Solid tumors spread throughout the body so frequently and relentlessly that every single cancer cell seems almost predestined to metastasize. In fact, of the many cells shed by primary tumors, only a tiny fraction generates new lesions. These deadly cells have acquired rare capabilities. They can survive a hazardous solo journey; invade a foreign organ and proliferate there; and stimulate the blood-vessel growth needed to sustain their countless progeny. Because these capabilities are under gen
Finding Ways to Starve the Cancer Seed
Finding Ways to Starve the Cancer Seed
Oncologists often describe cancer as a seed that grows in the body's soil. For these seeds to become tumors, the "soil" must be stocked with nutrients such as growth factors to help them proliferate. "Cancer is not a single-cell disease but involves cancer cells and how they collaborate or cooperate with surrounding cells," says Leland Chung, director of molecular urology and therapeutics at Winship Cancer Institute, Emory University School of Medicine. New approaches to starving cancer cells fi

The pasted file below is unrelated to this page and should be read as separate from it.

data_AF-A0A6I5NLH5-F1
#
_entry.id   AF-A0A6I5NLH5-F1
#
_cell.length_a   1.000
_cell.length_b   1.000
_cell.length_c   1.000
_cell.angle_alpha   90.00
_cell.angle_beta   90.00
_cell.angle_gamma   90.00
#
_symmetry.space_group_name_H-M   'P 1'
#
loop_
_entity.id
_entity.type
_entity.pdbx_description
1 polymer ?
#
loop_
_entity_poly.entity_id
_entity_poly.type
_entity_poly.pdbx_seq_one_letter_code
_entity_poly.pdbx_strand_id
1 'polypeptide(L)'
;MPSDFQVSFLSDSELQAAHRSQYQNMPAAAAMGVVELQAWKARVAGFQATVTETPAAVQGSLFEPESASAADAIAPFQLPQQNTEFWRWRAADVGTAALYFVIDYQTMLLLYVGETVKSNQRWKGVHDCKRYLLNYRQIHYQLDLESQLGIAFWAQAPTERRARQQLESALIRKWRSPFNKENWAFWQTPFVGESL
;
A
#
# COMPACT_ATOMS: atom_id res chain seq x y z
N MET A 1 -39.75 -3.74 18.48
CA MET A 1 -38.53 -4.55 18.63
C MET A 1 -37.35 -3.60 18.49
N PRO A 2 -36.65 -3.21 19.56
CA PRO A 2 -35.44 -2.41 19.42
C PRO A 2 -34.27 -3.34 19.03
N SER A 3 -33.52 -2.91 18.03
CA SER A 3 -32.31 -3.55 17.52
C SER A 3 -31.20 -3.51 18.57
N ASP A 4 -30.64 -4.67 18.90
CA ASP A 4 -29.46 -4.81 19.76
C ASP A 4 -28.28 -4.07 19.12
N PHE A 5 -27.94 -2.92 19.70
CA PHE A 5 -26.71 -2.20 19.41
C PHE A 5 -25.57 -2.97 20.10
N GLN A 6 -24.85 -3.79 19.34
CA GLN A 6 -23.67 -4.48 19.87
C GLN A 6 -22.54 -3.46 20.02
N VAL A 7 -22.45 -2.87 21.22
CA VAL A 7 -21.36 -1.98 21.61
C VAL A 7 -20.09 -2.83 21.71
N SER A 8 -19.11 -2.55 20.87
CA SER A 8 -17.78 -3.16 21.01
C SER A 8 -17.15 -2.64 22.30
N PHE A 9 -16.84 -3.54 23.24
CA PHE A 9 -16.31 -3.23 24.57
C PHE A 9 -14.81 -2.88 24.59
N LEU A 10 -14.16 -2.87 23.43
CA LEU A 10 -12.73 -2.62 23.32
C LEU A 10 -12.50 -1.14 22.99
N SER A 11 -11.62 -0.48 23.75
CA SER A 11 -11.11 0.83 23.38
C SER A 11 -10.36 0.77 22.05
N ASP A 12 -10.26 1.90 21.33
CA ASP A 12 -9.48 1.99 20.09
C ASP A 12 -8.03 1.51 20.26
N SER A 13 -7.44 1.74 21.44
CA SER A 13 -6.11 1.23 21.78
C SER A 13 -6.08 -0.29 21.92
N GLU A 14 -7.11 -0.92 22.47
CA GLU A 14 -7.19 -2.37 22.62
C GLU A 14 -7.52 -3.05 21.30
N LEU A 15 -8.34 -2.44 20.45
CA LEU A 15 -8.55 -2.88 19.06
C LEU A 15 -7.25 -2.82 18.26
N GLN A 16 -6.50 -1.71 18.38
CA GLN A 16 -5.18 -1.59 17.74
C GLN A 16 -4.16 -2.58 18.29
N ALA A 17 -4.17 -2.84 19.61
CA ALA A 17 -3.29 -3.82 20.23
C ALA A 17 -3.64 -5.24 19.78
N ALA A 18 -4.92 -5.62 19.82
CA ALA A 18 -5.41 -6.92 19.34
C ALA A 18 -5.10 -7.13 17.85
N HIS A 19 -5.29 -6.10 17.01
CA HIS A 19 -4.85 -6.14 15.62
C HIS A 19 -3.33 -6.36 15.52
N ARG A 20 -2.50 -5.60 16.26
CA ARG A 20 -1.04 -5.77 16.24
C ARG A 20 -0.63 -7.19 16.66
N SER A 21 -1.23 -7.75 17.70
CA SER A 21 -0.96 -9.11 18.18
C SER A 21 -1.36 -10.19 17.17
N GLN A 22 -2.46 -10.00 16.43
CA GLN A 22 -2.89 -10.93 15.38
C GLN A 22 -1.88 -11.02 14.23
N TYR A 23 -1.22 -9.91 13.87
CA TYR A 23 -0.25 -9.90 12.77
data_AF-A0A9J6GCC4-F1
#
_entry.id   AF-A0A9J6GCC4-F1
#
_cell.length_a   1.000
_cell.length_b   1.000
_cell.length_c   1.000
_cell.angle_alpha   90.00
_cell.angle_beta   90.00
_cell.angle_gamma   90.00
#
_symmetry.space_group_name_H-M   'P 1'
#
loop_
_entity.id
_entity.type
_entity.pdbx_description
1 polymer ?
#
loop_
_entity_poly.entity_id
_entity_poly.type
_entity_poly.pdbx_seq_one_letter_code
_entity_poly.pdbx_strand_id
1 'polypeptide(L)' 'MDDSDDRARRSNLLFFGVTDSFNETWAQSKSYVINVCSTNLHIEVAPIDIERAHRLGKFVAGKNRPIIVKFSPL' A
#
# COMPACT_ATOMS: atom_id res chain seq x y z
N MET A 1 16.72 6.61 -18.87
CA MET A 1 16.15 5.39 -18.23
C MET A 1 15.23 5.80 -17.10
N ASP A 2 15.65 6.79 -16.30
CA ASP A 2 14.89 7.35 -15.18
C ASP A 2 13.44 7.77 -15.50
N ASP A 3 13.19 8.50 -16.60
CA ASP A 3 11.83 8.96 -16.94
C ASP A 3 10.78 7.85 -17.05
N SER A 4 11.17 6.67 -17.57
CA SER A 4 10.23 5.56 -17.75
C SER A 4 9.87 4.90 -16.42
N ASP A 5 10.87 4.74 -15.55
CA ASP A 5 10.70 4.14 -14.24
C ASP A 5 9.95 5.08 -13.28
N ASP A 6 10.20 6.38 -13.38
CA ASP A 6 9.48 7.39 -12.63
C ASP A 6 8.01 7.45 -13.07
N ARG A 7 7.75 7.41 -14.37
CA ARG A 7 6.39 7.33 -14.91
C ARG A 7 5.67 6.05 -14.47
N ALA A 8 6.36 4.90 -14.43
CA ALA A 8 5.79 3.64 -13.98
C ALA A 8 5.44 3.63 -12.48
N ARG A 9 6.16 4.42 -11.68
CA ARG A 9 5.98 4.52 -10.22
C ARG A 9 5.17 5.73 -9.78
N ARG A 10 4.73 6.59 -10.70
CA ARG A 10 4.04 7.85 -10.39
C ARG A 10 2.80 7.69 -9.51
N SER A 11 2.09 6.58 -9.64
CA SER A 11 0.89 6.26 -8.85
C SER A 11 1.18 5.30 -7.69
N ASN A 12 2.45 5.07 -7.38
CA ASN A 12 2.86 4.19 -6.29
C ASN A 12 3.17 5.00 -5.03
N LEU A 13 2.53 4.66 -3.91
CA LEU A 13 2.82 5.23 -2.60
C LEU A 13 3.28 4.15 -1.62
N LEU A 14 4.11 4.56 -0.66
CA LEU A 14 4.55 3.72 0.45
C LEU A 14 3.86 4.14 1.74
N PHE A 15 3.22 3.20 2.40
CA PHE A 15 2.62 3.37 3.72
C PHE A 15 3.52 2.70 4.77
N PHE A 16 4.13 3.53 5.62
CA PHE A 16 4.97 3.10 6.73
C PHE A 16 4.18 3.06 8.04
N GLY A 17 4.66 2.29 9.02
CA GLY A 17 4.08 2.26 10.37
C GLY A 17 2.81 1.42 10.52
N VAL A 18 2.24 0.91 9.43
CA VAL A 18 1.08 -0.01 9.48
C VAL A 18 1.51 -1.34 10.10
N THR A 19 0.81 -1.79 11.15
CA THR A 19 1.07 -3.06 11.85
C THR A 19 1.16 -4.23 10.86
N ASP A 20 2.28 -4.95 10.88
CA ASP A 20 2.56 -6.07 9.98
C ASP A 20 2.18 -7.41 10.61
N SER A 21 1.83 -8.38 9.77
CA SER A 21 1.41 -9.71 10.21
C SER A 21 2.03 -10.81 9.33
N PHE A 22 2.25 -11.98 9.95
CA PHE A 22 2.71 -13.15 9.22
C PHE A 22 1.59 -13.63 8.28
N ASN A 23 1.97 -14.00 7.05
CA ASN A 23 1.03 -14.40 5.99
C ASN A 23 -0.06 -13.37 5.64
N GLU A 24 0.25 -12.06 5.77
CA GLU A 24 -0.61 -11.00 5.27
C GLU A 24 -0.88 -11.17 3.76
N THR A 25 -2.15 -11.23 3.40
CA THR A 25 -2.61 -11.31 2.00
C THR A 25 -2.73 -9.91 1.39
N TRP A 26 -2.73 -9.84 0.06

Everything in Moderation... Even Tumor Suppressors
Everything in Moderation... Even Tumor Suppressors
The Faculty of 1000, published by BioMed Central, is a Web-based literature awareness tool. F1000 provides a continuously updated guide to peer-reviewed papers, based on the recommendations of more than 1,400 leading scientists. In each issue, The Scientist publishes a review of some related papers highlighted by the Faculty of 1000, plus comments on new and notable research. For more information, visit www.facultyof1000.com. Homeostasis is an arguably underappreciated and powerful process t
Notable
Notable